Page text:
We’ve seen a big uptick in use of epoxy by our customers here at ATS. To our engineers that is alarming. While thermal epoxy initially appears to be a good solution for attaching a heat sink to a chip, accomplishing both the attachment and the thermal interface material in one “quick” glue application design engineers and manufacturing engineers should stop and ask themselves the following three questions before deciding to move ahead.
(1) Does it have to be glued?
Many times glue looks like the easy answer since its generally cost-effective and can be easily applied. But the question “does it have to be clued” really stops you short to make you examine potential alternatives. Don’t forget, thermal epoxy can expire and lose it’s properties.
(2) Is the perceived cost/time savings in assembly worth the actual cost of rework?
Many times thermal epoxy is a quick default choice, “just glue it on” has the sound of a quick solution that should work in average applications. But that’s not the case.While it looks easy, thermal epoxy requires consistent application to the semiconductor the heat sink is being glues onto. To get that consistent application can require some training (a “soft” cost). But the real caution is the rework. No one “expects” reworks but reworking a company’s computer boards is reality. And with thermal epoxy being used for your heat sinks the rework requires either hot air guns (an additional expense) or destruction of the components under the heat sink. The cost of the rework may exceed the cost savings of using epoxy. Don’t forget the cost of using thermal epoxy for your heat sinks includes training on how to use epoxy, special equipment to remove epoxied heat sinks and the cost of the material (which has a shelf life and many times must be refrigerated).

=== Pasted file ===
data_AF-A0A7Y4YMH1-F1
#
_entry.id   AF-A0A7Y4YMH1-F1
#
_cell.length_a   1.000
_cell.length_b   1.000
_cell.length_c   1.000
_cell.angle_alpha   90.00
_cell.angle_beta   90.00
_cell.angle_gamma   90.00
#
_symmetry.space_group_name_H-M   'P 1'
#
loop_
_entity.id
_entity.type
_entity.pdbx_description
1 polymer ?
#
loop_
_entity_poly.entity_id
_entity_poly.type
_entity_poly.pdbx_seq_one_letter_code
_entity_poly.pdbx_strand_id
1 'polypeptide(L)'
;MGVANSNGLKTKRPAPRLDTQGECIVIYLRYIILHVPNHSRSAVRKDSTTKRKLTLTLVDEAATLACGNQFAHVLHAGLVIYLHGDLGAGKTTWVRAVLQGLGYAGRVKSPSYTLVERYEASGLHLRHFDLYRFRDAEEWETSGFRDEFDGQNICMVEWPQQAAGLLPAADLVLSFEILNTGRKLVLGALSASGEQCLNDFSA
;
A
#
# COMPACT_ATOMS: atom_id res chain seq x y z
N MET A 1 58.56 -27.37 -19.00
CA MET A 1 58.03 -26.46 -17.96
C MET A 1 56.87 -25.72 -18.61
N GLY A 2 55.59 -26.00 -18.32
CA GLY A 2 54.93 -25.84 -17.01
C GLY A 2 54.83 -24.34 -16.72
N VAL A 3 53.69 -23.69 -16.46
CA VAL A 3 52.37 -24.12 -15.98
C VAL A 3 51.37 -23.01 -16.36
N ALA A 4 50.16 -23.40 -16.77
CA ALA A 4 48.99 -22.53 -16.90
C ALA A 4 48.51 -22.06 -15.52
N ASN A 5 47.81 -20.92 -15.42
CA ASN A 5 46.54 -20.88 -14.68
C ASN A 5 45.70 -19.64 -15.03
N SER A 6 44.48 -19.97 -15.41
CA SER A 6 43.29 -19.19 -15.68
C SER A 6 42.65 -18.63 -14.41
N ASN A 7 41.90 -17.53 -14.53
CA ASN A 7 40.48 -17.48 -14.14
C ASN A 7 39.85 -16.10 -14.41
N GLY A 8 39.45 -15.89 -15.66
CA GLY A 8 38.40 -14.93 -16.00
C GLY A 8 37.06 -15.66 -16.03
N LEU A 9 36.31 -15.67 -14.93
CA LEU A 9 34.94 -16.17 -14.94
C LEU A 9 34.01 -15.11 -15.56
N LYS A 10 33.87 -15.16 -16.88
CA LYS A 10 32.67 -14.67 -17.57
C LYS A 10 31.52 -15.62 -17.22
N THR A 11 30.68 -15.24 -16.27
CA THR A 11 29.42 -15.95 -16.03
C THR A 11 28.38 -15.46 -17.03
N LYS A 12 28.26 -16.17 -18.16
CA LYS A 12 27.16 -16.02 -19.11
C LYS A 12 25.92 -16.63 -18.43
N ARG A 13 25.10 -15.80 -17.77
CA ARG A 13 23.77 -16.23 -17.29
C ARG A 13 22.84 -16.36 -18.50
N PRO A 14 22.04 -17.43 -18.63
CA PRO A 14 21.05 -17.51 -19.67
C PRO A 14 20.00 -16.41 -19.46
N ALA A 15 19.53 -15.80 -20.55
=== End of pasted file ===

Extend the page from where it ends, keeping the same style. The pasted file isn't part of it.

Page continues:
(3) Is epoxy being chosen to secure your heatsink?
While the epoxy bond is secure, it’s not foolproof. In fact ATS has seen many epoxied heat sinks that fell off during shock and vibe testing. What generally happens is that heat will weaken the epoxy mechanical bond then, when a strong shock or other mechanical stress is applied, the weakened bond with break, leaving your heat sink in free fall and your semiconductors overheating.
Want some alternatives? Check out our blog post series,